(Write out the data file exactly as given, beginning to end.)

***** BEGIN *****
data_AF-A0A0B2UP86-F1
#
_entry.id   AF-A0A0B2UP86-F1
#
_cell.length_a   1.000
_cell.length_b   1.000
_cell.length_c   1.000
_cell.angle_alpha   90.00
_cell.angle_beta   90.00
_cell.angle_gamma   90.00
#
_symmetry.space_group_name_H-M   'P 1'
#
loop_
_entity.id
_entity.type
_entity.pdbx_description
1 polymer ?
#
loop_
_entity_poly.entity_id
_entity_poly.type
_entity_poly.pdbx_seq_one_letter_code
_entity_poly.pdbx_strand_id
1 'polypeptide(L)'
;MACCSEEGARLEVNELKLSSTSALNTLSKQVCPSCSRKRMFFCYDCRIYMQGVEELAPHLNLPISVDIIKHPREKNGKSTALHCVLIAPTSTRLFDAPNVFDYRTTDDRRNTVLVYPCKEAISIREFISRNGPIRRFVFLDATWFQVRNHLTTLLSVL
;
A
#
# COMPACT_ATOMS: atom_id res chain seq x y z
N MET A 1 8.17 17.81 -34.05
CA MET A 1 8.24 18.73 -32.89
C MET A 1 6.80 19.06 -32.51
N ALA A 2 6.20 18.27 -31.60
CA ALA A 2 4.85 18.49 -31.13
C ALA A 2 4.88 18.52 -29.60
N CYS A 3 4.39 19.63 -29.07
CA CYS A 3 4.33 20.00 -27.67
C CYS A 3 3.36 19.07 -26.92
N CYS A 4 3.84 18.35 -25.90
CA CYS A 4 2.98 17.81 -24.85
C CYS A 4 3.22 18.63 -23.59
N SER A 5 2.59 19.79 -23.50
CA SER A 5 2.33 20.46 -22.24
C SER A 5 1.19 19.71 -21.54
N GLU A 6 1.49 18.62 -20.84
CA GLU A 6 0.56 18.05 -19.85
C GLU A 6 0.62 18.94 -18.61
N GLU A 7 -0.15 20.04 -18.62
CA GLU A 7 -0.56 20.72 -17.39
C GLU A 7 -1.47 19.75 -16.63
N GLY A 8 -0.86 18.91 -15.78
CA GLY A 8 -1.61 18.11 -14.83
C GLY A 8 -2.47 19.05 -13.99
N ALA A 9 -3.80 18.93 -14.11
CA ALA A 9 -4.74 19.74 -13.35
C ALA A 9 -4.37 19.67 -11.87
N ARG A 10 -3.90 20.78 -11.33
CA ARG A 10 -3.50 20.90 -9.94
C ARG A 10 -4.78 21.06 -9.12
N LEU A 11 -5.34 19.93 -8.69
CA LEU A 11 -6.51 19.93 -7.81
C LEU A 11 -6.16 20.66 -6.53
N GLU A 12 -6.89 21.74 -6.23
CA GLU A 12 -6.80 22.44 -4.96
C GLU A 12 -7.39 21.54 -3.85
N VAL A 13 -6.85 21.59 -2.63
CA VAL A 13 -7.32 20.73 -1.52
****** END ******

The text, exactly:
data_AF-A0A0B2UP86-F1
#
_entry.id   AF-A0A0B2UP86-F1
#
_cell.length_a   1.000
_cell.length_b   1.000
_cell.length_c   1.000
_cell.angle_alpha   90.00
_cell.angle_beta   90.00
_cell.angle_gamma   90.00
#
_symmetry.space_group_name_H-M   'P 1'
#
loop_
_entity.id
_entity.type
_entity.pdbx_description
1 polymer ?
#
loop_
_entity_poly.entity_id
_entity_poly.type
_entity_poly.pdbx_seq_one_letter_code
_entity_poly.pdbx_strand_id
1 'polypeptide(L)'
;MACCSEEGARLEVNELKLSSTSALNTLSKQVCPSCSRKRMFFCYDCRIYMQGVEELAPHLNLPISVDIIKHPREKNGKSTALHCVLIAPTSTRLFDAPNVFDYRTTDDRRNTVLVYPCKEAISIREFISRNGPIRRFVFLDATWFQVRNHLTTLLSVL
;
A
#
# COMPACT_ATOMS: atom_id res chain seq x y z
N MET A 1 8.17 17.81 -34.05
CA MET A 1 8.24 18.73 -32.89
C MET A 1 6.80 19.06 -32.51
N ALA A 2 6.20 18.27 -31.60
CA ALA A 2 4.85 18.49 -31.13
C ALA A 2 4.88 18.52 -29.60
N CYS A 3 4.39 19.63 -29.07
CA CYS A 3 4.33 20.00 -27.67
C CYS A 3 3.36 19.07 -26.92
N CYS A 4 3.84 18.35 -25.90
CA CYS A 4 2.98 17.81 -24.85
C CYS A 4 3.22 18.63 -23.59
N SER A 5 2.59 19.79 -23.50
CA SER A 5 2.33 20.46 -22.24
C SER A 5 1.19 19.71 -21.54
N GLU A 6 1.49 18.62 -20.84
CA GLU A 6 0.56 18.05 -19.85
C GLU A 6 0.62 18.94 -18.61
N GLU A 7 -0.15 20.04 -18.62
CA GLU A 7 -0.56 20.72 -17.39
C GLU A 7 -1.47 19.75 -16.63
N GLY A 8 -0.86 18.91 -15.78
CA GLY A 8 -1.61 18.11 -14.83
C GLY A 8 -2.47 19.05 -13.99
N ALA A 9 -3.80 18.93 -14.11
CA ALA A 9 -4.74 19.74 -13.35
C ALA A 9 -4.37 19.67 -11.87
N ARG A 10 -3.90 20.78 -11.33
CA ARG A 10 -3.50 20.90 -9.94
C ARG A 10 -4.78 21.06 -9.12
N LEU A 11 -5.34 19.93 -8.69
CA LEU A 11 -6.51 19.93 -7.81
C LEU A 11 -6.16 20.66 -6.53
N GLU A 12 -6.89 21.74 -6.23
CA GLU A 12 -6.80 22.44 -4.96
C GLU A 12 -7.39 21.54 -3.85
N VAL A 13 -6.85 21.59 -2.63
CA VAL A 13 -7.32 20.73 -1.52